SIMCOE - First-responders from Norfolk County pulled aside 60 high school students Thursday for a brief “CHAT” about their mortality.
The conversation involved the real-time enactment of a response to a collision where a teen was killed and another badly injured.
When students arrived at the east entrance of Norfolk General Hospital, a scrap Chevy Blazer with a busted ATV on its hood was waiting for them. The bloodied, mutilated body of the ATV rider lay motionless on the pavement while a young man in the passenger seat was comatose with severe injuries.
Emcee for the event was Norfolk paramedic and Courtland firefighter Randy Godelie. As he explained to students, the first order of business at a crash like this is to cover the deceased with a tarp. That’s what happens, he said, when emergency workers find someone who is VSA (vital signs absent).
“That’s basically what’s going to happen if this were you,” Godelie said. “You’re going to get covered up because it’s the living who get our attention.”
A Norfolk fire engine with sirens blaring arrived on the scene moments later. Half a dozen firefighters dismantled the Blazer with heavy-duty cutting equipment before extricating the victim.
Meanwhile, a crew from the Thompson-Mott Funeral Home in Waterford arrived to collect the body. As this was happening, Godelie and Const. Ed Sanchuk of the Norfolk OPP took turns narrating the process.
Thanks to cellphones and social media, Sanchuk said word of a nasty crash can spread quickly. Family and friends are often scarred for life after rushing to the scene to see first hand what has happened to a loved one.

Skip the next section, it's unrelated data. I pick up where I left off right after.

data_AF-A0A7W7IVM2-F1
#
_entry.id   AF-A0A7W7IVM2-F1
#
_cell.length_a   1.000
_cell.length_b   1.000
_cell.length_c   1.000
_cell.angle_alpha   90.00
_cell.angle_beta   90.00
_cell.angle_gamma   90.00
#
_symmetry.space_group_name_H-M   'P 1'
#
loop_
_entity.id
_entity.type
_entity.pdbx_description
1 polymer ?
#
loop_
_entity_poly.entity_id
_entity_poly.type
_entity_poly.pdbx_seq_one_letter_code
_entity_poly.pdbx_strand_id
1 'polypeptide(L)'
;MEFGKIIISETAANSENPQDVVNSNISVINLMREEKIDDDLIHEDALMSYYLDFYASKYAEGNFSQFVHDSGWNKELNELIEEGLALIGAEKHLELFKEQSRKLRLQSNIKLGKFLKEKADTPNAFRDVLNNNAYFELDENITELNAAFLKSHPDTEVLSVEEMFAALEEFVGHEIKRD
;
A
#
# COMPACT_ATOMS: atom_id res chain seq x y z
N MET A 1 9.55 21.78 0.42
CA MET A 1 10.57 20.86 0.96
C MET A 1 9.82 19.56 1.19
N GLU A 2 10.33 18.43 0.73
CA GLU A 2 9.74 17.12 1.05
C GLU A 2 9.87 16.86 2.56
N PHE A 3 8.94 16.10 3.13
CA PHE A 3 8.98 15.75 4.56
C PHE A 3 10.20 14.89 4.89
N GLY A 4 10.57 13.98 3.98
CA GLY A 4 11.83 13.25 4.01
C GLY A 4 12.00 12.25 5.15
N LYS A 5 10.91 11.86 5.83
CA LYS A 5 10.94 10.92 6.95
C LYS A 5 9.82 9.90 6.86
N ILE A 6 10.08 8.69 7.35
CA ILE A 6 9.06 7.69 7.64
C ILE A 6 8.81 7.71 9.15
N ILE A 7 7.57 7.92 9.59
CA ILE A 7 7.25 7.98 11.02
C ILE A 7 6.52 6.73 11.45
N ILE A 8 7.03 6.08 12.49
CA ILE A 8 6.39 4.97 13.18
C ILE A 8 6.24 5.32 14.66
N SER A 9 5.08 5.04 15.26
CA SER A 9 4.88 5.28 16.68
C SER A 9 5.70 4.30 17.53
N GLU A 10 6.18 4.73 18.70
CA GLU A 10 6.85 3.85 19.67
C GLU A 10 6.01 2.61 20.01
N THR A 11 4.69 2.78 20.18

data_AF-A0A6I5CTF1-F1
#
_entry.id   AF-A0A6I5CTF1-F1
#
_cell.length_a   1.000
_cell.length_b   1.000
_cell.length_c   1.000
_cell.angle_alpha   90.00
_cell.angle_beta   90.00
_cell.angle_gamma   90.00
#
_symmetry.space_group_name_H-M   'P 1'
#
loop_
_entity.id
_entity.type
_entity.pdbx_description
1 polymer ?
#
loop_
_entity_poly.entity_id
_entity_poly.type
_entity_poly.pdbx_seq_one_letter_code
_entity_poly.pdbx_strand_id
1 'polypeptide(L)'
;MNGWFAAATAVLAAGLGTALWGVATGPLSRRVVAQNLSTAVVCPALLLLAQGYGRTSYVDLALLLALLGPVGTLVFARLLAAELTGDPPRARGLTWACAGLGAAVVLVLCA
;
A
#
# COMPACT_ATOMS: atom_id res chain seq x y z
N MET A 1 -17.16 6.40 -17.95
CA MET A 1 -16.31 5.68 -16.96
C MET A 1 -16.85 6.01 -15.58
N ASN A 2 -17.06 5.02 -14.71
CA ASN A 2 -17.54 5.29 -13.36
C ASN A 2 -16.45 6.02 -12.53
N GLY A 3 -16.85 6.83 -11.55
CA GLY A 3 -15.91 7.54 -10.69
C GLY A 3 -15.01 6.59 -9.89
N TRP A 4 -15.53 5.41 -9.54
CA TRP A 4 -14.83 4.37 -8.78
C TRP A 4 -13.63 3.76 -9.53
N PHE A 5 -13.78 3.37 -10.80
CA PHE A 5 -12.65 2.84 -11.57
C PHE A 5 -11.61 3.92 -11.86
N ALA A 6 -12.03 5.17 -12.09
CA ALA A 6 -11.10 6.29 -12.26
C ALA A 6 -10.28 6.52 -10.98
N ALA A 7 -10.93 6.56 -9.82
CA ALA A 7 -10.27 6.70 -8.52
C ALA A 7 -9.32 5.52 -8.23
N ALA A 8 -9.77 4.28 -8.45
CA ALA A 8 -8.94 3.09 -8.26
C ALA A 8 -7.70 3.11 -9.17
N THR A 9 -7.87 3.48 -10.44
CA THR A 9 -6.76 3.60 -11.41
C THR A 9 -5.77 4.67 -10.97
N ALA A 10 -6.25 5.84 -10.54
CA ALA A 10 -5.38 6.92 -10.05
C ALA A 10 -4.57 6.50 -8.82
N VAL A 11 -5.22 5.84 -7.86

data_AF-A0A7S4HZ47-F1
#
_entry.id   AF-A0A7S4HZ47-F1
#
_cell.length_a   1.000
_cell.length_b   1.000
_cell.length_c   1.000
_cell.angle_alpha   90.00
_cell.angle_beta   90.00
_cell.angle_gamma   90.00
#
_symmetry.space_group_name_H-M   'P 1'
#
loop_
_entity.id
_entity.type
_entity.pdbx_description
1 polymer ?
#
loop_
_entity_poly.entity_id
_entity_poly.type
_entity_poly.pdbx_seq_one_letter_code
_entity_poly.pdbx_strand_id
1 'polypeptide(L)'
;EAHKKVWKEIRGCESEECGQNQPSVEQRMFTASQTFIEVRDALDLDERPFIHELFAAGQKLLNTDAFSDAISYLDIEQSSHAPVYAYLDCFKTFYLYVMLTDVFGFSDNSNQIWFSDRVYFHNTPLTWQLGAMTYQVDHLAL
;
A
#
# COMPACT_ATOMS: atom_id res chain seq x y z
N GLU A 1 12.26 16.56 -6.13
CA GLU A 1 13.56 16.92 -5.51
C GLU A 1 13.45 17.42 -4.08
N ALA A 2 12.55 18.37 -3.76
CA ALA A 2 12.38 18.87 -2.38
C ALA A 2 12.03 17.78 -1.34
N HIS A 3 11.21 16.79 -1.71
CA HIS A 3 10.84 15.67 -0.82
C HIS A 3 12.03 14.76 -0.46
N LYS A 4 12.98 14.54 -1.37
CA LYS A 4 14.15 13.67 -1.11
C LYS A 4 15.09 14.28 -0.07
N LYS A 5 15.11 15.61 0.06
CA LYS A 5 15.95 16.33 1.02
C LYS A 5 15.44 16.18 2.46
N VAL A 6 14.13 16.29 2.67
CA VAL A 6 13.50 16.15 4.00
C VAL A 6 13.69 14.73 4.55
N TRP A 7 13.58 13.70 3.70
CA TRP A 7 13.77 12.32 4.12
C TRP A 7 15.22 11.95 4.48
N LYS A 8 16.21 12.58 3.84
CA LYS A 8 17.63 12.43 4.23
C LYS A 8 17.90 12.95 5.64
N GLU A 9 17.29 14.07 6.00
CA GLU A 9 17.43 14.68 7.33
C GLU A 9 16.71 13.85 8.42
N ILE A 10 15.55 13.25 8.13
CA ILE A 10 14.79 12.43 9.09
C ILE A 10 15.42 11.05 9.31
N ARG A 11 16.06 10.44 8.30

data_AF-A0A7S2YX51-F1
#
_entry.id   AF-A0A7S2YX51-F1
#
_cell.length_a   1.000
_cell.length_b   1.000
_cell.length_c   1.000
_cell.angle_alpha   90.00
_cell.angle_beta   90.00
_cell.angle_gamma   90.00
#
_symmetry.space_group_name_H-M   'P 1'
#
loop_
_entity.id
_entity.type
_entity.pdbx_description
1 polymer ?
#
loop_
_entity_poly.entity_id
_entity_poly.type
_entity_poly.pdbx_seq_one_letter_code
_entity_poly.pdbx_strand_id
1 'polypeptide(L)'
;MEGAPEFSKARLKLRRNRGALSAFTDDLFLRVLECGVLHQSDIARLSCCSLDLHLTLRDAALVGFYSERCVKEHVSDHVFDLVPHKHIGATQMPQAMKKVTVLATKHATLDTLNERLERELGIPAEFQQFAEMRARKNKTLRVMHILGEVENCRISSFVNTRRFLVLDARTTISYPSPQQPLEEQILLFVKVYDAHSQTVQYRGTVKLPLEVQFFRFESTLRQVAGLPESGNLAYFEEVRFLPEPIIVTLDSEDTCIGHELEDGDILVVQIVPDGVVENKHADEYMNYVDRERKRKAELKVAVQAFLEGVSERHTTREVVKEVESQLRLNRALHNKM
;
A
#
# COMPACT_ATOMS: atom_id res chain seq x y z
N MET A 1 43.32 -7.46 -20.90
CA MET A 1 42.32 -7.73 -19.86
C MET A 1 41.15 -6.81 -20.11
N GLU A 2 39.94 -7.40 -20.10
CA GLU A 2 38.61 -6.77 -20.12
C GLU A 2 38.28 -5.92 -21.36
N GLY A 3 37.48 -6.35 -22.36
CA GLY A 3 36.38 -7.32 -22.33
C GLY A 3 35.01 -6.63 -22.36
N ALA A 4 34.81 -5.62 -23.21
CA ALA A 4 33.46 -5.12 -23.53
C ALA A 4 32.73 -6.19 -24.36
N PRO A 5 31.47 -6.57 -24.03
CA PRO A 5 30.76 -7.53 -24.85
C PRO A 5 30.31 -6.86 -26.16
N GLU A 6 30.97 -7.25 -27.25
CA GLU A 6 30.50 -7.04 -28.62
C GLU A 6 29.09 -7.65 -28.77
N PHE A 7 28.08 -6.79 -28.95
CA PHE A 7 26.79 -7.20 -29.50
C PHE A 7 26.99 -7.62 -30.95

“How do you think mom and dad are going to feel rolling up to a situation like this?” Sanchuk said. “It’s not very nice.”
Jill Thompson of the Thompson-Mott Funeral Home has collected bodies at accident scenes for the past 20 years. Physical trauma, she said, amounts to psychological trauma for the people who have to deal with it. The normal routine is to transport cadavers to Hamilton General Hospital for an autopsy.
“When you’re called out, you have a pit in your stomach,” Thompson said. “You do because you are never given a name. It could be a friend, a friend’s child or a family member. It’s nerve-racking. It’s tough to deal with.”
The enactment took about half an hour. For students, it was a sobering spectacle.
“It makes me not want to get into a car,” said Kassie Hodgson, a Grade 9 student at Delhi District Secondary School.
Chris Nevill, a Grade 12 student at DDSS, said the exercise demonstrates that bystanders have an obligation to prevent impaired driving before it happens.
“When you see someone drinking, tell them to give up their keys and help them call somebody they can trust,” he said.
CHAT stands for Community & Hospitals Against Trauma. Members of the local chapter include NGH, Norfolk EMS, the Haldimand-Norfolk Health Unit, Norfolk OPP, Norfolk Fire & Rescue and the Thompson-Mott Funeral Home. CHAT’s goal is to raise awareness and change attitudes toward the kinds of behaviour that produce traumatic injury in young people.
“This is not about preaching, but to make them stop and think,” said Brenda Richards, a teacher at Simcoe Composite School. “This isn’t about 'Thou shalt not’; we know they are going to. We just want them to stop and think. If we can help one kid to think twice about what they’re doing, it’s time well spent.”
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